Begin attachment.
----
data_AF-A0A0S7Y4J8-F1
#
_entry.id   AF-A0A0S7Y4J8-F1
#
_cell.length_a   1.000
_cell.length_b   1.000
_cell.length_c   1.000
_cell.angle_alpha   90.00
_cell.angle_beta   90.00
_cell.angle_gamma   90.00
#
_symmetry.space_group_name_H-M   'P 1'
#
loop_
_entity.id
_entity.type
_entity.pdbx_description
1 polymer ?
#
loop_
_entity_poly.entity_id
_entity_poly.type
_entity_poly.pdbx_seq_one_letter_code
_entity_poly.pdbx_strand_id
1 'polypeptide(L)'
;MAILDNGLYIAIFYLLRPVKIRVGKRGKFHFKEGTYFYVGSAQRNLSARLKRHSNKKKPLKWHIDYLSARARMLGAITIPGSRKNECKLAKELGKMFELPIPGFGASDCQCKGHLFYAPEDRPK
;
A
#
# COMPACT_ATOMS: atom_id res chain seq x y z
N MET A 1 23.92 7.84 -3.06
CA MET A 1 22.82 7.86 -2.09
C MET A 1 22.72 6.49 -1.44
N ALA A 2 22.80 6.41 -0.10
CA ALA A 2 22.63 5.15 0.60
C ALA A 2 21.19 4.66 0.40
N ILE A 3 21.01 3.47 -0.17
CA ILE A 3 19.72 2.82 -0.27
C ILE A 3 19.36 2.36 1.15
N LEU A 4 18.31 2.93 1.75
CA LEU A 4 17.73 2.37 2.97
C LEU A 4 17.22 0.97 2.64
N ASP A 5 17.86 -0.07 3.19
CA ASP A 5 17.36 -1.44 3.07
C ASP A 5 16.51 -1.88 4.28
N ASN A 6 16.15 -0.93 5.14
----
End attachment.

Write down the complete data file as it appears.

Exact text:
data_AF-A0A0S7Y4J8-F1
#
_entry.id   AF-A0A0S7Y4J8-F1
#
_cell.length_a   1.000
_cell.length_b   1.000
_cell.length_c   1.000
_cell.angle_alpha   90.00
_cell.angle_beta   90.00
_cell.angle_gamma   90.00
#
_symmetry.space_group_name_H-M   'P 1'
#
loop_
_entity.id
_entity.type
_entity.pdbx_description
1 polymer ?
#
loop_
_entity_poly.entity_id
_entity_poly.type
_entity_poly.pdbx_seq_one_letter_code
_entity_poly.pdbx_strand_id
1 'polypeptide(L)'
;MAILDNGLYIAIFYLLRPVKIRVGKRGKFHFKEGTYFYVGSAQRNLSARLKRHSNKKKPLKWHIDYLSARARMLGAITIPGSRKNECKLAKELGKMFELPIPGFGASDCQCKGHLFYAPEDRPK
;
A
#
# COMPACT_ATOMS: atom_id res chain seq x y z
N MET A 1 23.92 7.84 -3.06
CA MET A 1 22.82 7.86 -2.09
C MET A 1 22.72 6.49 -1.44
N ALA A 2 22.80 6.41 -0.10
CA ALA A 2 22.63 5.15 0.60
C ALA A 2 21.19 4.66 0.40
N ILE A 3 21.01 3.47 -0.17
CA ILE A 3 19.72 2.82 -0.27
C ILE A 3 19.36 2.36 1.15
N LEU A 4 18.31 2.93 1.75
CA LEU A 4 17.73 2.37 2.97
C LEU A 4 17.22 0.97 2.64
N ASP A 5 17.86 -0.07 3.19
CA ASP A 5 17.36 -1.44 3.07
C ASP A 5 16.51 -1.88 4.28
N ASN A 6 16.15 -0.93 5.14